July 2015


  • Room for manoeuvre…
    Many voices in the education world have called for a ‘period of stability’ now that a new government is in place. But that does not mean a let-up in meeting the significant challenges facing us, says Brian Lightman. More
  • Making the grade
    A successful qualification reflects the achievements of its holder and it signifies the attainment of a specific set of skills, explains Ofqual’s Phil Beach. More
  • A perfect storm?
    A 5 percent hike in costs in the next 18 months will put all schools under more pressure, but an unequal funding system is exacerbating the problems for some. Members need to take action now, reports Julie Nightingale. More
  • Finding our pride
    While many schools and colleges now actively address homophobia for students and staff, leaders who are members of LGBT communities still face a dilemma in ‘coming out’. Carol Jones highlights the challenges and looks at what ASCL is doing to meet leaders’ needs. More
  • Joined-up thinking
    Peter Kent unveils plans for a new foundation, b backed by teachers and governors, to nurture leadership development and says if the government is serious about letting the profession lead the system, it should fund the idea. More
  • Growing reigns
    A new review highlights the most successful approaches to professional development for teachers from around the world, as Sarah Coskeran explains. More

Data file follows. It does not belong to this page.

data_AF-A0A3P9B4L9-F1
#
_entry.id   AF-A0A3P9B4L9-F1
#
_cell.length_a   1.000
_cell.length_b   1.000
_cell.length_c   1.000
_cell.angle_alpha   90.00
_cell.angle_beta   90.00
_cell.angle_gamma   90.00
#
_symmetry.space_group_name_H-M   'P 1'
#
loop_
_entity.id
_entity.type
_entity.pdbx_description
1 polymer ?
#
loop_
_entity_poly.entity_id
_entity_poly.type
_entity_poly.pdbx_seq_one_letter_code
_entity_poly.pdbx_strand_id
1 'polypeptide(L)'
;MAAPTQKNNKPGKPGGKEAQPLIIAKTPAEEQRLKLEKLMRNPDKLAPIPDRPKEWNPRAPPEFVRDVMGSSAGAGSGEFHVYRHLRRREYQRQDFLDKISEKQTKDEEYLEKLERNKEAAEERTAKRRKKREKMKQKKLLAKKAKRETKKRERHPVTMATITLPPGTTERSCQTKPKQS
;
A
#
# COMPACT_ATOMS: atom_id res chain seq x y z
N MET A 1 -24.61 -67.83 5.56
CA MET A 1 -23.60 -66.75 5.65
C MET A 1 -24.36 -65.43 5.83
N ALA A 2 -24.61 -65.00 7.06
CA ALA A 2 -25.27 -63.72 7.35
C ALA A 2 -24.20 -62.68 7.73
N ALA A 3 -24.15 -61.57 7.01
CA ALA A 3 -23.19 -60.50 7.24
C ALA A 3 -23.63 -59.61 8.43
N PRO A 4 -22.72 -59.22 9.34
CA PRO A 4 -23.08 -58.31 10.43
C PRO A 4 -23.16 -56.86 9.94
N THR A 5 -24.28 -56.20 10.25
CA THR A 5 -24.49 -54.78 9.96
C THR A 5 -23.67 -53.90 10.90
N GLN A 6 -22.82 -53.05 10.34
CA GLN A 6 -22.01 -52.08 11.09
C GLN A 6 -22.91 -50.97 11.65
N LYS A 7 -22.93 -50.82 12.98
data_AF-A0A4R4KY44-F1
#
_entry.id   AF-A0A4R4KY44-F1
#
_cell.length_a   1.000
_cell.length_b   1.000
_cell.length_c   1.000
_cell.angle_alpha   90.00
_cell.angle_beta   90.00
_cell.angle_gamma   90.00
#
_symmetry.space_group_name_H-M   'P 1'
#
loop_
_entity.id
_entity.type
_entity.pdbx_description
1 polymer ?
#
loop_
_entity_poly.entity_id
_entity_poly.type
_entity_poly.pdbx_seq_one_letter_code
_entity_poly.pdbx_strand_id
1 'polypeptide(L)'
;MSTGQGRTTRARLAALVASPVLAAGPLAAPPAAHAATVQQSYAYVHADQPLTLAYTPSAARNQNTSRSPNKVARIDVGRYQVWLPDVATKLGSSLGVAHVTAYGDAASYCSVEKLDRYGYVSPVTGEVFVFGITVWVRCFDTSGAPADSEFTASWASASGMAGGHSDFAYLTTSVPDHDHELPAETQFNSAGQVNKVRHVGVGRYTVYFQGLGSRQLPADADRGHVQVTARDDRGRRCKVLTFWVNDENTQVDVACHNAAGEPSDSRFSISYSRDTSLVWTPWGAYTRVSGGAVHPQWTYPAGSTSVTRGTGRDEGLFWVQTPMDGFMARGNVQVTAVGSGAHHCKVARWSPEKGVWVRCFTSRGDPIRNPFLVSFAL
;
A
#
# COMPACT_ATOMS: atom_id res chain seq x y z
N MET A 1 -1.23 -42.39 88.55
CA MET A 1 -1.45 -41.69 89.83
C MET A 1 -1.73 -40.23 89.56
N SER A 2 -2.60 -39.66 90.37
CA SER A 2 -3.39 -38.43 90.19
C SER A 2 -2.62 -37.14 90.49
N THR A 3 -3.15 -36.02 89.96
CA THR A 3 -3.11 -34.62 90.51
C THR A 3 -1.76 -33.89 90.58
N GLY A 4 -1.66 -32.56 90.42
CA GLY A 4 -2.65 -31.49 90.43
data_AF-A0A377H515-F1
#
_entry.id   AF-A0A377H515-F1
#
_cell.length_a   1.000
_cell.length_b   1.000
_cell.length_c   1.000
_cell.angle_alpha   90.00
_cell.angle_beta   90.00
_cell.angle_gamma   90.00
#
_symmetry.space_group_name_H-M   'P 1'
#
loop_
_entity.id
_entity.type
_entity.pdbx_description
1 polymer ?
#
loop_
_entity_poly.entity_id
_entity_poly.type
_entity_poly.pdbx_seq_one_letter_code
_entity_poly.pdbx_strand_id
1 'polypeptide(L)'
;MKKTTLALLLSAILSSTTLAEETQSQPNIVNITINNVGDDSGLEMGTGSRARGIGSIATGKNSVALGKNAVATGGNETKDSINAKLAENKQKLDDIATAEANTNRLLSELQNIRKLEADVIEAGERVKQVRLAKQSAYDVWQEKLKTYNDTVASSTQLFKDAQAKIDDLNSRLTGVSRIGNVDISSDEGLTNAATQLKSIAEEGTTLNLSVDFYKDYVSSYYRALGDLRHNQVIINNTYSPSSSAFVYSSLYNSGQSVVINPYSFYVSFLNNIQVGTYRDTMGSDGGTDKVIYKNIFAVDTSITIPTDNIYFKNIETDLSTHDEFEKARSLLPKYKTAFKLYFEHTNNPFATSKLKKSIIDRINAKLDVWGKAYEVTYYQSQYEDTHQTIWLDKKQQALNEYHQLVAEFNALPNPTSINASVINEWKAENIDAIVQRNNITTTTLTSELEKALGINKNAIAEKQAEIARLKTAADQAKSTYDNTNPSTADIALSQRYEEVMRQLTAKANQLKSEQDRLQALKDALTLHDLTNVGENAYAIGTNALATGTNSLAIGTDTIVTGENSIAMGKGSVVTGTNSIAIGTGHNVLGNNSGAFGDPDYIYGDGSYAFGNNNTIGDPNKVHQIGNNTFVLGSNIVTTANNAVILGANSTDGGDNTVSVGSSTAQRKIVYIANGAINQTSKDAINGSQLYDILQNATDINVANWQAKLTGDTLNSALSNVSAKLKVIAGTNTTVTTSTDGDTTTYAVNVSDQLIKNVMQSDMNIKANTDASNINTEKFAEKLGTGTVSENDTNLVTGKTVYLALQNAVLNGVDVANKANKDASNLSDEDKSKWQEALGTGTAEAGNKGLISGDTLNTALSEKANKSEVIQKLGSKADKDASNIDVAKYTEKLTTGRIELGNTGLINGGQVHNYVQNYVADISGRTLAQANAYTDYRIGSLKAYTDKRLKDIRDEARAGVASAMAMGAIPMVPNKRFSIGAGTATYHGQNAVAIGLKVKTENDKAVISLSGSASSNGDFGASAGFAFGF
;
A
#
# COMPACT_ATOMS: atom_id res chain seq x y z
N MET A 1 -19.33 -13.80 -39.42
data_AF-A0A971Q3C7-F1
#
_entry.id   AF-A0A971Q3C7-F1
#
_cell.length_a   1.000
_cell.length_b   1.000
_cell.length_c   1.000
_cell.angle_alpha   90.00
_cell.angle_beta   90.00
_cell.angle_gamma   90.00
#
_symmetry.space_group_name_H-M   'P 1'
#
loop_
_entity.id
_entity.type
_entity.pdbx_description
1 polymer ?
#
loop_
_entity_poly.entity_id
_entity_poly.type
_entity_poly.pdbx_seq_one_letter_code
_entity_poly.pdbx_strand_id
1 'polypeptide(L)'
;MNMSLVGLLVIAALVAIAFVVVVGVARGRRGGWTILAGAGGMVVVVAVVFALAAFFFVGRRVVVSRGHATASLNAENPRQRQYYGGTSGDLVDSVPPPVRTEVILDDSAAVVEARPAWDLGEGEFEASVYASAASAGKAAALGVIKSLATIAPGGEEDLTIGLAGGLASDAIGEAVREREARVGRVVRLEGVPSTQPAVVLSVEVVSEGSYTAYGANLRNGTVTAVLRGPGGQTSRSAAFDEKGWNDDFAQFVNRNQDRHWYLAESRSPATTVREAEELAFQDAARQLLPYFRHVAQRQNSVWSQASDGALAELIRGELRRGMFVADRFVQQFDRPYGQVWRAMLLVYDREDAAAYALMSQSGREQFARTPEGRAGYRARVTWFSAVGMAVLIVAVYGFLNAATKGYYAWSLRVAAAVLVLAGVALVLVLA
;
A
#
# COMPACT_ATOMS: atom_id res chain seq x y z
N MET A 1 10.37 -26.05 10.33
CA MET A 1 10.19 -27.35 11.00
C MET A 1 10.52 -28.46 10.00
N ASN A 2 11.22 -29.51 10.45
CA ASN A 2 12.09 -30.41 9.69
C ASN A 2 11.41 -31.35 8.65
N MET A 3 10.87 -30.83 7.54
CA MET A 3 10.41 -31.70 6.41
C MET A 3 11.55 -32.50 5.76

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A successful qualification reflects the achievements of its holder and it signifies the attainment of a specific set of skills, explains Ofqual’s Phil Beach.

Making the grade

Those who rely on the qualification (for example, colleges or universities making admissions decisions, or employers deciding who to employ) need to be able to trust what it indicates. They may well be comparing people who have been awarded the same qualification in different years, so consistency between years is important. Equally, they may need to compare the same qualification offered by different exam boards.

Ofqual’s priority during summer awarding is to align standards between exam boards in a subject and over time. So it should be no easier, or difficult, to get a particular grade with one board than another and, all things being equal, a student who got a particular grade in a subject last year should get the same grade this year.

So how does what a student writes in their exam become a grade? There are two main stages: marking and awarding. Exam boards are responsible for marking and awarding and Ofqual oversees the process as the qualifications regulator.